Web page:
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NCJ Number: 222609 Find in a Library
Title: Gender Gap in Violent Victimization, 1973-2004
Journal: Journal of Quantitative Criminology  Volume:24  Issue:2  Dated:June 2008  Pages:125-147
Author(s): Janet L. Lauritsen; Karen Heimer
Date Published: June 2008
Page Count: 23
Publisher: http://www.springer.com 
Type: Report (Study/Research)
Format: Article
Language: English
Country: United States of America
Annotation: Data from America's National Crime Surveys (NCS) and National Crime Victimization Surveys (NCVS) were used to determine long-term trends in male and female violent victimization for 1973-2004.
Abstract: The findings show that the risks for robbery, aggravated assault, and simple assault have declined substantially for both males and females since the early 1970s. The declines in robbery and aggravated assault against males started before the decreases of the 1990s, and the decline in various forms of violence against females did not begin until approximately 1993 or 1994. The gender gap in homicide or robbery victimization has remained relatively stable over time; however, the gender gap has closed for aggravated and simple assault victimization, because male rates of victimization have declined more than female rates. When violent events were disaggregated according to whether they had been committed by strangers or nonstrangers, little change was found in the gender gaps for stranger or nonstranger homicide or robbery. When aggravated and simple assault was similarly disaggregated, the gender gap had closed to varying degrees for stranger and nonstranger aggravated assaults and nonstranger simple assaults. Where the gender gap is apparently closing, it results from proportionately greater declines in male victimization. Regarding intimate partner violence, female rates of lethal and nonlethal victimization have been consistently higher than male rates over the past 25 years; however, the patterns of lethal and nonlethal victimization differ. Although the gender rate ratio of intimate partner homicide has grown over time, the gender rate ratio of nonlethal intimate partner violence has started to decline in recent years, as female rates have shown greater decreases than are detected in the male rates. In addition to data from the NCS and NCVS for the period under study, relevant data were also obtained from the Supplementary Homicide Report. 14 figures and 42 references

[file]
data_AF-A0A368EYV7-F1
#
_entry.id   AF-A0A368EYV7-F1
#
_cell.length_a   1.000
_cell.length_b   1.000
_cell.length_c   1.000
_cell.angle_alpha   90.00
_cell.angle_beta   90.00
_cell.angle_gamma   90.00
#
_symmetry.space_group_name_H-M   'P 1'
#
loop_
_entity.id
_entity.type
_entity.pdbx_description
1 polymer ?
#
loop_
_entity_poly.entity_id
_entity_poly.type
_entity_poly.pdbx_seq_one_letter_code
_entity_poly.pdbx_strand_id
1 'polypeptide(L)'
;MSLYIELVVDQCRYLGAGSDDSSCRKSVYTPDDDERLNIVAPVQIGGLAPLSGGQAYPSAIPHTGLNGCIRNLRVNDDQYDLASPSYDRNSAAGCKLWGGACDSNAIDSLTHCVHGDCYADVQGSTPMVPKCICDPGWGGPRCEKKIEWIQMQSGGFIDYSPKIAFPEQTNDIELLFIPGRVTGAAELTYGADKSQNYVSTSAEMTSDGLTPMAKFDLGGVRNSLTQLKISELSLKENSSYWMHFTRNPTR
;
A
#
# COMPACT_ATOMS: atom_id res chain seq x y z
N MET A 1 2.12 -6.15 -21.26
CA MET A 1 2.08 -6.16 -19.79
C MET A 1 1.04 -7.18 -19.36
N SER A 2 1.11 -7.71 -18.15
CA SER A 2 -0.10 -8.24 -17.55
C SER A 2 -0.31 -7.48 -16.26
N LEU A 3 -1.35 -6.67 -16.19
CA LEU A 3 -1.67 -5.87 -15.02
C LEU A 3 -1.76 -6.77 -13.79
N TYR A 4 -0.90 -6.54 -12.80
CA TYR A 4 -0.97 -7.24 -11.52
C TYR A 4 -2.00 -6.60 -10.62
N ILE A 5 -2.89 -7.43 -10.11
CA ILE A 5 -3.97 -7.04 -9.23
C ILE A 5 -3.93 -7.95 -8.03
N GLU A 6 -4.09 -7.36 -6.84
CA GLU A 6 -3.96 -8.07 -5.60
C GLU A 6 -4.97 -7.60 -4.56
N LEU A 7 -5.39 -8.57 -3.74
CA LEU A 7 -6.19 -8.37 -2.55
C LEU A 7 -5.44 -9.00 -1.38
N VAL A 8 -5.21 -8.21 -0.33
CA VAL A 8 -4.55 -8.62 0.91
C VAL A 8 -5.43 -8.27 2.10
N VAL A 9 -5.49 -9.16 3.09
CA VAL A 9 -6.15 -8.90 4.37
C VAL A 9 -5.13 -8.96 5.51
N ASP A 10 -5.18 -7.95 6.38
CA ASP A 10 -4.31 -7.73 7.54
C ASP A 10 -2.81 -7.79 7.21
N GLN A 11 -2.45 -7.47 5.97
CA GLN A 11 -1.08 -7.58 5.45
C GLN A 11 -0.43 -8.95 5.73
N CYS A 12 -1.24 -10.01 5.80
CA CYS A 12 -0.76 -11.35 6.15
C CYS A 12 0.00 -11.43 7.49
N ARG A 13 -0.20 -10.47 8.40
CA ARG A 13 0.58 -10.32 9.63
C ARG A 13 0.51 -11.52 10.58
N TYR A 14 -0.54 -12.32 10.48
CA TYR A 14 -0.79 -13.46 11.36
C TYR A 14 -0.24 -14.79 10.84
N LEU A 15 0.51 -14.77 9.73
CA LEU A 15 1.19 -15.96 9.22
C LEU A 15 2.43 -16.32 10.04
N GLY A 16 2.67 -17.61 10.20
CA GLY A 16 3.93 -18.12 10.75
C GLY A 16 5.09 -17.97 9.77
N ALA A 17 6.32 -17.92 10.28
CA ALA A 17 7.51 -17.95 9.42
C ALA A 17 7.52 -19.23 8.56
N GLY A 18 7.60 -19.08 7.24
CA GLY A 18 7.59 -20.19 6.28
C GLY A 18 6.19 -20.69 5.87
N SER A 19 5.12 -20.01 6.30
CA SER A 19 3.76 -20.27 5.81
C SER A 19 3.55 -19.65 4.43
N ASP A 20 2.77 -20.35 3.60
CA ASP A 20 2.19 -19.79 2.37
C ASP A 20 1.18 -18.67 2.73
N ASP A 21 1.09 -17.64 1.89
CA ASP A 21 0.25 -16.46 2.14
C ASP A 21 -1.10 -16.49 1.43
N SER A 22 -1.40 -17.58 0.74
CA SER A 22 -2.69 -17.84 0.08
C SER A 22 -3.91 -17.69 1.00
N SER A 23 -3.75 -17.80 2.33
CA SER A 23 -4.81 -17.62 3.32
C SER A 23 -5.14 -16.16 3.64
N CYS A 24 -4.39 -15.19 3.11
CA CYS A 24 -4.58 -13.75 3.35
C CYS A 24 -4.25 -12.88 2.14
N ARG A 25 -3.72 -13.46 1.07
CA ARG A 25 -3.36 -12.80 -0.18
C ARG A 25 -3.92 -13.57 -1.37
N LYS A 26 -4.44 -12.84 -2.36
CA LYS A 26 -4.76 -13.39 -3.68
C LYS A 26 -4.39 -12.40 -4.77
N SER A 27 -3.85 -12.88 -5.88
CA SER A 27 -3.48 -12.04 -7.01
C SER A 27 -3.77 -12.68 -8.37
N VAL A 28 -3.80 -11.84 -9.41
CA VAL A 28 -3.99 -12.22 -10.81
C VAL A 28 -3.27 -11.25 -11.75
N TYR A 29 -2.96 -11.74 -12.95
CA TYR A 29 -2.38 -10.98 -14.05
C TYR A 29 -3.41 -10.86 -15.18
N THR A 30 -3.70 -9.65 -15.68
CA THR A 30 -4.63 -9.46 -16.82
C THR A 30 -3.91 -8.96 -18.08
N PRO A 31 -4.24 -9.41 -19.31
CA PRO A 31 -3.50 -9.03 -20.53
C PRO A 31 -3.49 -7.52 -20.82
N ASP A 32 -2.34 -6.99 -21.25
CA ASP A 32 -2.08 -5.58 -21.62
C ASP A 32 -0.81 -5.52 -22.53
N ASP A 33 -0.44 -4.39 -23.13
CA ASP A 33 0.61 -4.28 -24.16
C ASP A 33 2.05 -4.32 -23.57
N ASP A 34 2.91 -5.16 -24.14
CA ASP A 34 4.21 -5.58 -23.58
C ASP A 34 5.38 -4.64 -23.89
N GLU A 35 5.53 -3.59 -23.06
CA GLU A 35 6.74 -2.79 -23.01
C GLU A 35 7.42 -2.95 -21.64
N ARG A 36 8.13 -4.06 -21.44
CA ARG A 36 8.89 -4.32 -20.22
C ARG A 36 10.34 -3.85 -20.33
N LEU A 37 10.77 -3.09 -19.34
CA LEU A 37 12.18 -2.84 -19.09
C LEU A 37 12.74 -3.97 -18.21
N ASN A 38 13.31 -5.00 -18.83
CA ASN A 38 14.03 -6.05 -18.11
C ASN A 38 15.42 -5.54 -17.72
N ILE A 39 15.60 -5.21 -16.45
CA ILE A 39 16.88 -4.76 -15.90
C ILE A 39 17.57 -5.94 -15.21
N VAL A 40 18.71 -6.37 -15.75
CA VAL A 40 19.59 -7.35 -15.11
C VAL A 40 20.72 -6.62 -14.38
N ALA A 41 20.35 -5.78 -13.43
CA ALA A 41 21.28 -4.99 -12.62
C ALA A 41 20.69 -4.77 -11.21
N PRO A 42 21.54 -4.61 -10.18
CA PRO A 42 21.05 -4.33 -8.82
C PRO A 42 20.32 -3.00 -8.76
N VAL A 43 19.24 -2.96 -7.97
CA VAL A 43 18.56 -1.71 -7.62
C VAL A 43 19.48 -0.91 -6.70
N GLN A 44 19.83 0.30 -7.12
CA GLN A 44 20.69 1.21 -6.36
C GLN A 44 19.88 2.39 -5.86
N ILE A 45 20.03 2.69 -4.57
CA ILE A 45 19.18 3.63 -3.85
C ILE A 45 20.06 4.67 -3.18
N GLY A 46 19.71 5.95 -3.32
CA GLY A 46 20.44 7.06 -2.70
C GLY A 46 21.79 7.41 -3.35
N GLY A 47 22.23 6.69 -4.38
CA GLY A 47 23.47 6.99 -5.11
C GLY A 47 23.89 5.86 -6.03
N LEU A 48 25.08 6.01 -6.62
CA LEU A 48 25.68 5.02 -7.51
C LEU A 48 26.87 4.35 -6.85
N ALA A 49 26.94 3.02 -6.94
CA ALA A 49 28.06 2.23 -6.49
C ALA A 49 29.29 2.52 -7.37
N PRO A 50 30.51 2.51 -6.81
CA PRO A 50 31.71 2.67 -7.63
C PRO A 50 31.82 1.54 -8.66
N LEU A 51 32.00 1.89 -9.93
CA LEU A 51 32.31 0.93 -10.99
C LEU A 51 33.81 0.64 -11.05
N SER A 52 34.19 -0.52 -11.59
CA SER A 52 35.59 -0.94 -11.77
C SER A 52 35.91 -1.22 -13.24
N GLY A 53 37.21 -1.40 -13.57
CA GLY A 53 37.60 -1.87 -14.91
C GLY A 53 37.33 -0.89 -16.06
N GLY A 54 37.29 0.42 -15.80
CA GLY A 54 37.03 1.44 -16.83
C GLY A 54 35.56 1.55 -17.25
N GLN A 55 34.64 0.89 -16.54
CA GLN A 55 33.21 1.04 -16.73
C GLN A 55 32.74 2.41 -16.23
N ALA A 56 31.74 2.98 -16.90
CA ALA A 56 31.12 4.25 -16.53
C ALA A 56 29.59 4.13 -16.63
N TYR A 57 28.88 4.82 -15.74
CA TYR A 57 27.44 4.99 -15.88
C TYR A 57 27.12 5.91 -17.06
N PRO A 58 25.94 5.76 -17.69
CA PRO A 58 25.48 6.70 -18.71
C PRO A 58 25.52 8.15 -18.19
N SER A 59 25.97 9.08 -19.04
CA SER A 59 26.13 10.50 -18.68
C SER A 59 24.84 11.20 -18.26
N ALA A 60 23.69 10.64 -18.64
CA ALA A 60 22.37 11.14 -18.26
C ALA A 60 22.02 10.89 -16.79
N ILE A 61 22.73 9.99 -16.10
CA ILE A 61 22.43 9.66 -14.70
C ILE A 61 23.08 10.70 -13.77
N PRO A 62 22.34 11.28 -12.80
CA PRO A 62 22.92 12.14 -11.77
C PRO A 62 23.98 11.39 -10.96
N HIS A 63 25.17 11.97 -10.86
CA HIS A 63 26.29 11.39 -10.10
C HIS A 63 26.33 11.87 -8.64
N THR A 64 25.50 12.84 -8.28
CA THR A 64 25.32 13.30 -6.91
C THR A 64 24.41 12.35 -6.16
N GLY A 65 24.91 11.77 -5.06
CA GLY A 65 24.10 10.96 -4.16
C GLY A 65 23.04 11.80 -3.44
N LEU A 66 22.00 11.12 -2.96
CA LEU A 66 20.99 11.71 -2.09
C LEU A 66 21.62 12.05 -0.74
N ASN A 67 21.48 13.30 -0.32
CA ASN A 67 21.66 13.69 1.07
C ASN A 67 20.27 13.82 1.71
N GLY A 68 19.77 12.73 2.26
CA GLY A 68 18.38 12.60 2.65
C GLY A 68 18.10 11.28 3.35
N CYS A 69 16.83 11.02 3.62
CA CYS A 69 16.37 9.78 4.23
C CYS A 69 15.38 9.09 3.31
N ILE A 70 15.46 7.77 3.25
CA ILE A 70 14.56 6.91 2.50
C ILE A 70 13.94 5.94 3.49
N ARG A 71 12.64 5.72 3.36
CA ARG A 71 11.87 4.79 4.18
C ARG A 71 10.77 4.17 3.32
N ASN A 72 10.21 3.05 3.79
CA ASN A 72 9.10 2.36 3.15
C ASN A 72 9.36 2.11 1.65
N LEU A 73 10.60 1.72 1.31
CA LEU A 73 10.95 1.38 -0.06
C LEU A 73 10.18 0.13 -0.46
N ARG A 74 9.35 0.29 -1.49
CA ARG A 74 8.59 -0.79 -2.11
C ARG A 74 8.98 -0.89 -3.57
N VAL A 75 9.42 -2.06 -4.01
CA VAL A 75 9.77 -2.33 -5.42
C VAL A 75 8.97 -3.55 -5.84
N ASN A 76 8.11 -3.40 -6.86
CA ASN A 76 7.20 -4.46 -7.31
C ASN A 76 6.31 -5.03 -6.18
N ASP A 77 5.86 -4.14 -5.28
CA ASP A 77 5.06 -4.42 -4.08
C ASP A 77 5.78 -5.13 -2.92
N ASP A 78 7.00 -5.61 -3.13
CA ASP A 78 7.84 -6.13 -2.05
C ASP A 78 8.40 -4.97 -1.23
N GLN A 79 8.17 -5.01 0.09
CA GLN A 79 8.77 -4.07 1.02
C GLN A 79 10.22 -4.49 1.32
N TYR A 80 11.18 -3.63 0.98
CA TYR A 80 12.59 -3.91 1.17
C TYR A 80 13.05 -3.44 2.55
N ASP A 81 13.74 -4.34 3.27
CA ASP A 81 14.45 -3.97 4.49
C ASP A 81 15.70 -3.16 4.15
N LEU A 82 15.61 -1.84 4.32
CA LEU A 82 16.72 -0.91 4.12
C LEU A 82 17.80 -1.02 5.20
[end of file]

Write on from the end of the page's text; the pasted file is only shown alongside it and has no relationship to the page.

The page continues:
Main Term(s): Criminology
Index Term(s): Female victims; Gender issues; Male female victim comparisons; Male survivors; Trend analysis; Victim-offender relationships; Victims of violent crime; Violent crimes
To cite this abstract, use the following link:
http://www.ncjrs.gov/App/publications/abstract.aspx?ID=244511

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